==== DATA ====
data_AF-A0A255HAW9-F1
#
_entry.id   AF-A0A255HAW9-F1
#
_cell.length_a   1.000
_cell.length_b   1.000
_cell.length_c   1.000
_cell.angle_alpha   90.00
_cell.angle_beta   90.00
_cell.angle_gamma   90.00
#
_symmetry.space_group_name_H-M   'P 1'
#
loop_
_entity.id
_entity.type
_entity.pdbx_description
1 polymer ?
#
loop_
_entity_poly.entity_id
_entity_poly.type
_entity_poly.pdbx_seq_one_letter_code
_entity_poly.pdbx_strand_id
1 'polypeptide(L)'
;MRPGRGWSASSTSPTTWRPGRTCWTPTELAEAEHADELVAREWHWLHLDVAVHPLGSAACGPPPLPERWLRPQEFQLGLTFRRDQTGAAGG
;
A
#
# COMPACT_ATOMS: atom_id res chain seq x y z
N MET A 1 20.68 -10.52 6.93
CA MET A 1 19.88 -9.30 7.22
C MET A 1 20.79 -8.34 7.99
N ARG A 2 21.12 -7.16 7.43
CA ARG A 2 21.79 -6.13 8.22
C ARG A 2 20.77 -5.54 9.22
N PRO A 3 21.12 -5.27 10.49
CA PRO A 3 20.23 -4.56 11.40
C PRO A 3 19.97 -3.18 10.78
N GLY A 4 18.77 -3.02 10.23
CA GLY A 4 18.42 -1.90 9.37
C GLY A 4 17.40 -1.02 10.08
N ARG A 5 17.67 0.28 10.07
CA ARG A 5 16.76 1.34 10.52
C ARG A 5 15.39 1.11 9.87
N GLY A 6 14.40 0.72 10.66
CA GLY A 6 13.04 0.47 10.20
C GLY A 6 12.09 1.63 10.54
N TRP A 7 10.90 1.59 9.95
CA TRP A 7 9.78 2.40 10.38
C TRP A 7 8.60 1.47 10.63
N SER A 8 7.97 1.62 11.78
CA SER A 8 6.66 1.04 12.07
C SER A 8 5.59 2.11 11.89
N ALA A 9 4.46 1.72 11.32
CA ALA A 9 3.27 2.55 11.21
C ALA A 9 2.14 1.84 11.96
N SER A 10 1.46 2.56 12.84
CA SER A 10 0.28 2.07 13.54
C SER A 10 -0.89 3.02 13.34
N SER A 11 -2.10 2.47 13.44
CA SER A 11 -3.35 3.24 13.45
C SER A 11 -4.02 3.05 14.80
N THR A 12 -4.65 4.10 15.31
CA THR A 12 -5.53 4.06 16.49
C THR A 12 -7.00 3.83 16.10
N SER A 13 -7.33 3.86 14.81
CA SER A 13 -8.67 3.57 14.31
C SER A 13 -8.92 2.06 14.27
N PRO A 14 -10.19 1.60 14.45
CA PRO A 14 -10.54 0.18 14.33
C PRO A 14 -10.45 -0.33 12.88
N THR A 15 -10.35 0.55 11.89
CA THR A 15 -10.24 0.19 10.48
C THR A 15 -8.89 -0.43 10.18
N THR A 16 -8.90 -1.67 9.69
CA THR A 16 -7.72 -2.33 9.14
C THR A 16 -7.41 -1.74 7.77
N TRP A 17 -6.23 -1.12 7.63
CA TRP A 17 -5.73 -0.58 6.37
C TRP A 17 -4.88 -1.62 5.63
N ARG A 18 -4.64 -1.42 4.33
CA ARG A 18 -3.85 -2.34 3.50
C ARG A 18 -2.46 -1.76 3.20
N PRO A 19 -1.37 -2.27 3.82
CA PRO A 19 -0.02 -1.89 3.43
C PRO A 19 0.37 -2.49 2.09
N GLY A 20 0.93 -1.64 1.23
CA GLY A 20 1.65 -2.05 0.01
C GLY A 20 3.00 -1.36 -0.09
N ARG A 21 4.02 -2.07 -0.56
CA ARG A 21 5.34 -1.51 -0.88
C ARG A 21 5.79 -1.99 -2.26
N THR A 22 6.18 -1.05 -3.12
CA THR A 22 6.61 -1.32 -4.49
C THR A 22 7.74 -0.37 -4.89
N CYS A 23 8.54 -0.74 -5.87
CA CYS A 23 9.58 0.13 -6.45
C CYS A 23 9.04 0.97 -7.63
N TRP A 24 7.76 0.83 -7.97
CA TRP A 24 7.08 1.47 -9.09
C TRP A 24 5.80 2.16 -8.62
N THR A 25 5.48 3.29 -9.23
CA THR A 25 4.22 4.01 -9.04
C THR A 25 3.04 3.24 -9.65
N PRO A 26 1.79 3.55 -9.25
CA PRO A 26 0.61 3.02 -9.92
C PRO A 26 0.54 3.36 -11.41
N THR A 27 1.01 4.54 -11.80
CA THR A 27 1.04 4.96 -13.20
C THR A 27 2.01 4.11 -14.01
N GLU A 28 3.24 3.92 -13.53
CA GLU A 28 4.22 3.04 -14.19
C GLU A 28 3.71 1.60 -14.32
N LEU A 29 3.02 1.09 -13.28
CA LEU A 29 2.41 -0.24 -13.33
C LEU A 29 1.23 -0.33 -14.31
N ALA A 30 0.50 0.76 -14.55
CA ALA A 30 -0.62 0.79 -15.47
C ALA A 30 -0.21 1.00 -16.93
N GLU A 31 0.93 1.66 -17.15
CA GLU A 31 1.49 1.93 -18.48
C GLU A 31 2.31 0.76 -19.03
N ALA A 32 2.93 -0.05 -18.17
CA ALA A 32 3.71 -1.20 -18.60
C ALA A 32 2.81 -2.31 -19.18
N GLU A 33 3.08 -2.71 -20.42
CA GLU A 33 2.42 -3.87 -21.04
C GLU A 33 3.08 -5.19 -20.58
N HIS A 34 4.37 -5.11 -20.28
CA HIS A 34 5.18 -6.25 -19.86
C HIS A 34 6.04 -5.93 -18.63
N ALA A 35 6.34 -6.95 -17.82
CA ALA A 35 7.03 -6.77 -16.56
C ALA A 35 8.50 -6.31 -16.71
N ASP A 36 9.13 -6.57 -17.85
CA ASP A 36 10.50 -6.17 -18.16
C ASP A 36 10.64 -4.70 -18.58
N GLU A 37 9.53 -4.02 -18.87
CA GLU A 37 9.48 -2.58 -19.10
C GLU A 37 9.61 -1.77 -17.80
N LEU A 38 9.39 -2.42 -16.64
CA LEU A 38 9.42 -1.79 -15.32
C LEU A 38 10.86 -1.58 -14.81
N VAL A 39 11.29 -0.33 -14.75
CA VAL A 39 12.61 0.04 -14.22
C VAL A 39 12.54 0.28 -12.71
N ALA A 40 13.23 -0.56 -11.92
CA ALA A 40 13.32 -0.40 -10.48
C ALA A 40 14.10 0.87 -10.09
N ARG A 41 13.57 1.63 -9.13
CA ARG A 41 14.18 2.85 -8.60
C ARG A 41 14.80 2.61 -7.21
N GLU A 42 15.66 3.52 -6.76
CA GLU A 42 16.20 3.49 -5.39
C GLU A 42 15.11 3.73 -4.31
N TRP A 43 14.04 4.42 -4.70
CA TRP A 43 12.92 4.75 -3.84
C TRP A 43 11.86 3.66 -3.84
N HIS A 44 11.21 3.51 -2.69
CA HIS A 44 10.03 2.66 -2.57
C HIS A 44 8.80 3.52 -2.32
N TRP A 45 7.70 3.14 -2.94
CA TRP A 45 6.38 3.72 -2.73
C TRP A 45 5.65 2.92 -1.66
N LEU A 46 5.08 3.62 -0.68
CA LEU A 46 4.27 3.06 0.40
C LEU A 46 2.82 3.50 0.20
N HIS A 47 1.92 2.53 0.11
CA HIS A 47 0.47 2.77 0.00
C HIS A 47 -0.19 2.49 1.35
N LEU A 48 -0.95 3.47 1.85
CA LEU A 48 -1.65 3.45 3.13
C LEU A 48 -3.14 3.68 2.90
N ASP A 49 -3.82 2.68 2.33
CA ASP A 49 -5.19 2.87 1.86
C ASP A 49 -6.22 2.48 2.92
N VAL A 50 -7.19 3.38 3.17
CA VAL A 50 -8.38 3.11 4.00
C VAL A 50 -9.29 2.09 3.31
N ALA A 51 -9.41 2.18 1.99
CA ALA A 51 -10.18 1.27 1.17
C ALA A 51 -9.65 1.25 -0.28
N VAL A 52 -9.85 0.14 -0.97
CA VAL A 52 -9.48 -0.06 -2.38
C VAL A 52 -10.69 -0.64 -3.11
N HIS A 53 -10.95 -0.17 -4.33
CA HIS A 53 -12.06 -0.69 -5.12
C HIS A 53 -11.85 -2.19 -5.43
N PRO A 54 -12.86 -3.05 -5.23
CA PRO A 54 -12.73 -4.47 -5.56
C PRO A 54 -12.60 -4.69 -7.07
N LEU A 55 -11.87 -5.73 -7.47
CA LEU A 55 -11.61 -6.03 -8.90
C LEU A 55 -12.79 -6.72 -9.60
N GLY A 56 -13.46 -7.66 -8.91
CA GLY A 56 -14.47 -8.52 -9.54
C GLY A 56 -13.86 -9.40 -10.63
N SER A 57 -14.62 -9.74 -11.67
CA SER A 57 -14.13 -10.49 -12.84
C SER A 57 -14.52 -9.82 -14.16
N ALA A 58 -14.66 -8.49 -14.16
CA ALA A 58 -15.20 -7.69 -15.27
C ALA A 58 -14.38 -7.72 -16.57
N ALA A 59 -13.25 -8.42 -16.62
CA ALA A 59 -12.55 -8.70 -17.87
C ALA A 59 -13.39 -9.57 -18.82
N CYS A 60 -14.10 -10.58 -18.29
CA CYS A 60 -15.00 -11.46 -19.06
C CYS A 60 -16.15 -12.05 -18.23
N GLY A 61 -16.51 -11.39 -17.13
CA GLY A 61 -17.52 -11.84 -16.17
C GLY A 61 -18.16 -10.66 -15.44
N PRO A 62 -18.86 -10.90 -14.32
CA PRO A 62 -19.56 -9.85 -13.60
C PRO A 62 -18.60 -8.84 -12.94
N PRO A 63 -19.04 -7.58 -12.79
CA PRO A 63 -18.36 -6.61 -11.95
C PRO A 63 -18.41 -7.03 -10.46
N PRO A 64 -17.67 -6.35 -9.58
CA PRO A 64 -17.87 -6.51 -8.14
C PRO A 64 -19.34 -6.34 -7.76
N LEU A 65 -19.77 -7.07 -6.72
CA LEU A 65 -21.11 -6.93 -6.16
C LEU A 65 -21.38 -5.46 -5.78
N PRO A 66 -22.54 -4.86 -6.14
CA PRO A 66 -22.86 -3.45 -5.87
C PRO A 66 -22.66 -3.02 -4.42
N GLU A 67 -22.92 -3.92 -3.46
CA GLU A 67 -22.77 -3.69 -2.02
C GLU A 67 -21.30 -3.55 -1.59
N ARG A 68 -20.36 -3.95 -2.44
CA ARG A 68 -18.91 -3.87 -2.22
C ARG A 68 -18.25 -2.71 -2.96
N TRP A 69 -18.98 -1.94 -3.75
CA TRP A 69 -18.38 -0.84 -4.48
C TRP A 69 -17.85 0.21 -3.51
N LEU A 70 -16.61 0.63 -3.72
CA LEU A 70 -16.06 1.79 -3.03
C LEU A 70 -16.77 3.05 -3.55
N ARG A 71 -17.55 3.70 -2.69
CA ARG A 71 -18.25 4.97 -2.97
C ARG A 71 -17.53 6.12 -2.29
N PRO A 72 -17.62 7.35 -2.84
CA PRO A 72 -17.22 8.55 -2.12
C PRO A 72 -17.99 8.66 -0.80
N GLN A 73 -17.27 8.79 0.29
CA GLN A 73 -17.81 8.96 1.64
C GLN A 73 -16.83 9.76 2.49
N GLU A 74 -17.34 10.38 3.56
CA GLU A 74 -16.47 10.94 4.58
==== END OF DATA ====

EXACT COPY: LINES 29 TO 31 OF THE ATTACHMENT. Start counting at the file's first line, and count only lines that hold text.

#
# COMPACT_ATOMS: atom_id res chain seq x y z
N MET A 1 20.68 -10.52 6.93